Afghan security forces say they have arrested 600 members of a fundamentalist, anti-Western organization whose aim was to overthrow the interim government in Kabul. International peacekeepers in the Afghan capital report that the government has linked two weapons caches discovered in the city to Pakistani Islamic militants who back Al-Qaeda. The peacekeepers say they are also disturbed by an increase in crime, which they suspect is aimed at destabilizing the capital.
Kabul, 4 April 2002 (RFE/RL) -- Afghan security forces said today they detained 600 men in a roundup of people suspected of planning an armed rebellion.
The chief of Afghanistan's security forces, General Din Mohammad Jurat, said the men were members of the Hezb-i-Islami group headed by Gulbuddin Hekmatyar.
ISAF, the International Security Assistance Force in the Afghan capital Kabul, says the arrests follow the discovery by Afghan government security forces of two weapons caches in two neighboring city districts.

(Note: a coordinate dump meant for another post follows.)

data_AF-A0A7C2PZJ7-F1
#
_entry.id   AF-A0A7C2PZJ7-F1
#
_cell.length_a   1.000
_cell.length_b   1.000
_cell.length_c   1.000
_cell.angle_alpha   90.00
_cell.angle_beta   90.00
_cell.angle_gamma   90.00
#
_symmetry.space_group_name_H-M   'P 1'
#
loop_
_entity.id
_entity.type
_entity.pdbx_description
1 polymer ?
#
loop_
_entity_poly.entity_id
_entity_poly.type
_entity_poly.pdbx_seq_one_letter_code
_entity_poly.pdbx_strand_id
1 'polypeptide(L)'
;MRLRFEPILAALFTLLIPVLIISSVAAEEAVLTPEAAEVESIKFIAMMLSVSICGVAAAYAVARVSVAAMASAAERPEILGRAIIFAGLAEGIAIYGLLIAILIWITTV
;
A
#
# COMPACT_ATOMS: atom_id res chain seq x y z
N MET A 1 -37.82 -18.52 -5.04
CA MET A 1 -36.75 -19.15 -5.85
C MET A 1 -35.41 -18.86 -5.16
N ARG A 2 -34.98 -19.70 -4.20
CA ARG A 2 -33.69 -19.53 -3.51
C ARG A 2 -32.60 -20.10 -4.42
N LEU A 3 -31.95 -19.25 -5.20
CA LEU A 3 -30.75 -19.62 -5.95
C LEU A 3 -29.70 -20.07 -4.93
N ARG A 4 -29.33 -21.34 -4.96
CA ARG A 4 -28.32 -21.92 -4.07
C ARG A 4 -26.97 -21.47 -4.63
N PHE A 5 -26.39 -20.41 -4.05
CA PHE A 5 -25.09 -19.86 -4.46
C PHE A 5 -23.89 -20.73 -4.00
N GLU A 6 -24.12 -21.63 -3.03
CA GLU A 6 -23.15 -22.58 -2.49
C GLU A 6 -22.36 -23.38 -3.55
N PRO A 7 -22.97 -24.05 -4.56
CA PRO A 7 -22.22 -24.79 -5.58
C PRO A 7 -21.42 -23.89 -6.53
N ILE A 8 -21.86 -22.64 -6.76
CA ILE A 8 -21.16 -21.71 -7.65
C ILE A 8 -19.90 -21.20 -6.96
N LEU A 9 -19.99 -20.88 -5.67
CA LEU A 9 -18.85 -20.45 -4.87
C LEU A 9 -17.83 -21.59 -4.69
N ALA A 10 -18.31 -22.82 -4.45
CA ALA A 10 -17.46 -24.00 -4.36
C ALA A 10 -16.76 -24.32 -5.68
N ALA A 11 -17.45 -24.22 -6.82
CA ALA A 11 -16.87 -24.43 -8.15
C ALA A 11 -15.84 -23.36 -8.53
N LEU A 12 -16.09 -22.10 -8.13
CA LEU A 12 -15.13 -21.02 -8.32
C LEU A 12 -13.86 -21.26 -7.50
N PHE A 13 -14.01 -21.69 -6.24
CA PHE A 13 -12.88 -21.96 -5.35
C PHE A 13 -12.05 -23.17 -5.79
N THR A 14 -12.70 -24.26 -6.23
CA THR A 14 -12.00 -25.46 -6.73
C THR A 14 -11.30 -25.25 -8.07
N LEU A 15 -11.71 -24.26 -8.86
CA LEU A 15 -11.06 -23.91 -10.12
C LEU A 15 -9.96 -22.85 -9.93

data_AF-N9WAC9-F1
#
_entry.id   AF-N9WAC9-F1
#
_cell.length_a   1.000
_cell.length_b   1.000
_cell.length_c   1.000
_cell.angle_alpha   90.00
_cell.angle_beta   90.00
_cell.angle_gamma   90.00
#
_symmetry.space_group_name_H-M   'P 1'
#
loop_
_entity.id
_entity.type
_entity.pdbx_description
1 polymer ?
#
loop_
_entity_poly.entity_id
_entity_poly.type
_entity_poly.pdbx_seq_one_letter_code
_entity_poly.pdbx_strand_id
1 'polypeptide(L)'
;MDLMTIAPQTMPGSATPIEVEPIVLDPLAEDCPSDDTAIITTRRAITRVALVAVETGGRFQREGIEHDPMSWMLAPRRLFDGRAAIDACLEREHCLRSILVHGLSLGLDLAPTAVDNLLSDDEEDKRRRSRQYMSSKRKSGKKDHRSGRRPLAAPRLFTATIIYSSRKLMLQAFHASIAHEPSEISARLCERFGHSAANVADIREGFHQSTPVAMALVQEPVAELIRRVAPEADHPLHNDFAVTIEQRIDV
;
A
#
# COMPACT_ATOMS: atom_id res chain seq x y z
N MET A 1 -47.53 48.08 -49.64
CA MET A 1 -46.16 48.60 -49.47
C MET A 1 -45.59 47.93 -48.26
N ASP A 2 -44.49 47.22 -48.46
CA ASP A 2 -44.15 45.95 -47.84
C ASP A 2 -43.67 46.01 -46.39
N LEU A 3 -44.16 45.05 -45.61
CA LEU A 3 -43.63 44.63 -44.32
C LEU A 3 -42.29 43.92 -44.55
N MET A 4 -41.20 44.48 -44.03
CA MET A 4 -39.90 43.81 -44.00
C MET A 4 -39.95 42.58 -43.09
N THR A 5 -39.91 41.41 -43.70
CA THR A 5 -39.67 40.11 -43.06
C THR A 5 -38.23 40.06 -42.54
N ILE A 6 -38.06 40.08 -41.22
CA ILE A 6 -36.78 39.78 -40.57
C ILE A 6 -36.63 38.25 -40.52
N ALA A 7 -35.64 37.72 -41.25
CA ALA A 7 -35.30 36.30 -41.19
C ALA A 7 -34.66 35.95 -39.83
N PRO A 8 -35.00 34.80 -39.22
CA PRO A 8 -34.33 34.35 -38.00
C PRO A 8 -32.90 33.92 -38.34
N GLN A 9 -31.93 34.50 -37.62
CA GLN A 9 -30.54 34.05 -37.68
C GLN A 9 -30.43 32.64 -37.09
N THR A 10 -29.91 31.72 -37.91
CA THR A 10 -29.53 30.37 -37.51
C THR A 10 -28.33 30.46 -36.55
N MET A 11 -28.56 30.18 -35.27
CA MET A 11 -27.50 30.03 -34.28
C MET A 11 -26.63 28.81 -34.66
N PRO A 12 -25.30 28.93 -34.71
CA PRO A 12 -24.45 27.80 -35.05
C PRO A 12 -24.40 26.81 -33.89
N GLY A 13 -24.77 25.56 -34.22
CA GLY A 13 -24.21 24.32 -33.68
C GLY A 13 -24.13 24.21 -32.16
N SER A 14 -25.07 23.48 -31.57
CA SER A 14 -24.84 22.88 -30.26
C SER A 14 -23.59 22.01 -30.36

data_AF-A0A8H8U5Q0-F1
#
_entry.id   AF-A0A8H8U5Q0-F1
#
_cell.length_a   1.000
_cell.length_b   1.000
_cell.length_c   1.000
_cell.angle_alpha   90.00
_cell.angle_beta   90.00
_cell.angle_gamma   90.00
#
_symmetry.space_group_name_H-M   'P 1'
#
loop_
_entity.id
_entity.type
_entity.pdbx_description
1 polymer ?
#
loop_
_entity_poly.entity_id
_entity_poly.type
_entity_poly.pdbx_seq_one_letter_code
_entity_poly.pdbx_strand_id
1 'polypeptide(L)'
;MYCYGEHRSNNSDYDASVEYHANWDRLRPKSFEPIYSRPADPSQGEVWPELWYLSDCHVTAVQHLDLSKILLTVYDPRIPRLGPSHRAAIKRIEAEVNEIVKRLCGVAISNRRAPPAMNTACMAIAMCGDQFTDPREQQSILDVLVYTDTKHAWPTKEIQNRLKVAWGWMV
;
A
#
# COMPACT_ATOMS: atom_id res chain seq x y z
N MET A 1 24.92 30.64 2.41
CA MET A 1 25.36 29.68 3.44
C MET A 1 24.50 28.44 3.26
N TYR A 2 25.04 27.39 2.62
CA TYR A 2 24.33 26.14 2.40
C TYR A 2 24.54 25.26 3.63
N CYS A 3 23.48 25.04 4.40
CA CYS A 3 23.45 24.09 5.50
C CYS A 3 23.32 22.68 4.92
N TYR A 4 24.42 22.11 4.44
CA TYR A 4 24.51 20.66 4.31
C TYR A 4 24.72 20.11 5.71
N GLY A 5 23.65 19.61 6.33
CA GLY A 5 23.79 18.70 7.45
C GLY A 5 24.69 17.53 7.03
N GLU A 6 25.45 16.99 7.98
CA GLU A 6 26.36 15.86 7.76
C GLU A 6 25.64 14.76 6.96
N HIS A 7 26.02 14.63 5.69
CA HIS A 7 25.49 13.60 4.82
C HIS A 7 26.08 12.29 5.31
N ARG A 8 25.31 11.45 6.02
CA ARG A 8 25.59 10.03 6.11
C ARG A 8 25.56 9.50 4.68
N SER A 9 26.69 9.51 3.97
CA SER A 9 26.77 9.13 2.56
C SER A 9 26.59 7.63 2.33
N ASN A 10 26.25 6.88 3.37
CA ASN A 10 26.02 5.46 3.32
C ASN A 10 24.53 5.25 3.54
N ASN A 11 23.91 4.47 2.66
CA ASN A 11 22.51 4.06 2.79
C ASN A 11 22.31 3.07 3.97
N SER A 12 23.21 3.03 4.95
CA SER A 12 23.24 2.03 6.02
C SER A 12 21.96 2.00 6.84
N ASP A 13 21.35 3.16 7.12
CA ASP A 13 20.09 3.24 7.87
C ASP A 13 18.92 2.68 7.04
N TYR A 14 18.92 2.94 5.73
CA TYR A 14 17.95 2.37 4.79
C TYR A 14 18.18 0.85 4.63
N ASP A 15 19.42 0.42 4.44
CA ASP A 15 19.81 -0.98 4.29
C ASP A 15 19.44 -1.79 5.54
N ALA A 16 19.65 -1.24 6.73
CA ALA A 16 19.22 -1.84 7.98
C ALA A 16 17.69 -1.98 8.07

The districts are populated by minority Hazaras, who follow the Shi'a sect of Islam unlike Afghanistan's Sunni majority and have been targeted for persecution by past Afghan governments. The districts have recently seen an increase in crime which ISAF believes could be aimed at rupturing fragile ethnic relations.
ISAF says it knew the arrests were going to happen but did not take part in the operations. An ISAF spokesman, Flight Lieutenant Tony Marshall, says the Afghan government believes weapons are being brought into Kabul by a powerful Pakistani Islamic organization which supported Afghanistan's former Taliban regime and also backs Hekmatyar's Hezb-i-Islami group.
"In District Six [of Kabul], a Pakistani vehicle was stopped with two individuals aboard and 32 AK-47s were taken from that vehicle. In District Five, a house was raided and 15 AK-47s were lifted as a part of that operation. This was an interim administration security issue; it was carried out by [the] national security directorate."